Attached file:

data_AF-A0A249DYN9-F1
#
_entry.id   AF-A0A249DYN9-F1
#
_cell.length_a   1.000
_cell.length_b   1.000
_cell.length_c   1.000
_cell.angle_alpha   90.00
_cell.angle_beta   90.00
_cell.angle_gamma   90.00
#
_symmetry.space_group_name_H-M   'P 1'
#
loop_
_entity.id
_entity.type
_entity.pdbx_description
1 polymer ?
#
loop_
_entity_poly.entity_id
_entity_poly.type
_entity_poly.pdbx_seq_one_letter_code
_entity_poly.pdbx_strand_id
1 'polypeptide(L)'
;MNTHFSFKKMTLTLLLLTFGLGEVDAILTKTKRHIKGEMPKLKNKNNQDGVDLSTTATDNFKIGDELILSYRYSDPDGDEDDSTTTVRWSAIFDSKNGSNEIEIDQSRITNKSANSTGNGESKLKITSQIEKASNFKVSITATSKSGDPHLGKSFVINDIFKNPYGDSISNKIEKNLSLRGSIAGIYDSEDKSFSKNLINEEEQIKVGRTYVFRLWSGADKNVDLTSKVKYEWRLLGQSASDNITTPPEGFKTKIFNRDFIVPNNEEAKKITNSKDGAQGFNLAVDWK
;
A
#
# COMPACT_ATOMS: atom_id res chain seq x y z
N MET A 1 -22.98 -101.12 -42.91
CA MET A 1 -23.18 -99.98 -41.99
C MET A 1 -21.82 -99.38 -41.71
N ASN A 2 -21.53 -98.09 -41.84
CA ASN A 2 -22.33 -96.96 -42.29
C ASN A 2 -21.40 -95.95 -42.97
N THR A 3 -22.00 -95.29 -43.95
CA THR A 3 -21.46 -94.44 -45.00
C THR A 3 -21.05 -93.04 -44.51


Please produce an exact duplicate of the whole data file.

data_AF-A0A249DYN9-F1
#
_entry.id   AF-A0A249DYN9-F1
#
_cell.length_a   1.000
_cell.length_b   1.000
_cell.length_c   1.000
_cell.angle_alpha   90.00
_cell.angle_beta   90.00
_cell.angle_gamma   90.00
#
_symmetry.space_group_name_H-M   'P 1'
#
loop_
_entity.id
_entity.type
_entity.pdbx_description
1 polymer ?
#
loop_
_entity_poly.entity_id
_entity_poly.type
_entity_poly.pdbx_seq_one_letter_code
_entity_poly.pdbx_strand_id
1 'polypeptide(L)'
;MNTHFSFKKMTLTLLLLTFGLGEVDAILTKTKRHIKGEMPKLKNKNNQDGVDLSTTATDNFKIGDELILSYRYSDPDGDEDDSTTTVRWSAIFDSKNGSNEIEIDQSRITNKSANSTGNGESKLKITSQIEKASNFKVSITATSKSGDPHLGKSFVINDIFKNPYGDSISNKIEKNLSLRGSIAGIYDSEDKSFSKNLINEEEQIKVGRTYVFRLWSGADKNVDLTSKVKYEWRLLGQSASDNITTPPEGFKTKIFNRDFIVPNNEEAKKITNSKDGAQGFNLAVDWK
;
A
#
# COMPACT_ATOMS: atom_id res chain seq x y z
N MET A 1 -22.98 -101.12 -42.91
CA MET A 1 -23.18 -99.98 -41.99
C MET A 1 -21.82 -99.38 -41.71
N ASN A 2 -21.53 -98.09 -41.84
CA ASN A 2 -22.33 -96.96 -42.29
C ASN A 2 -21.40 -95.95 -42.97
N THR A 3 -22.00 -95.29 -43.95
CA THR A 3 -21.46 -94.44 -45.00
C THR A 3 -21.05 -93.04 -44.51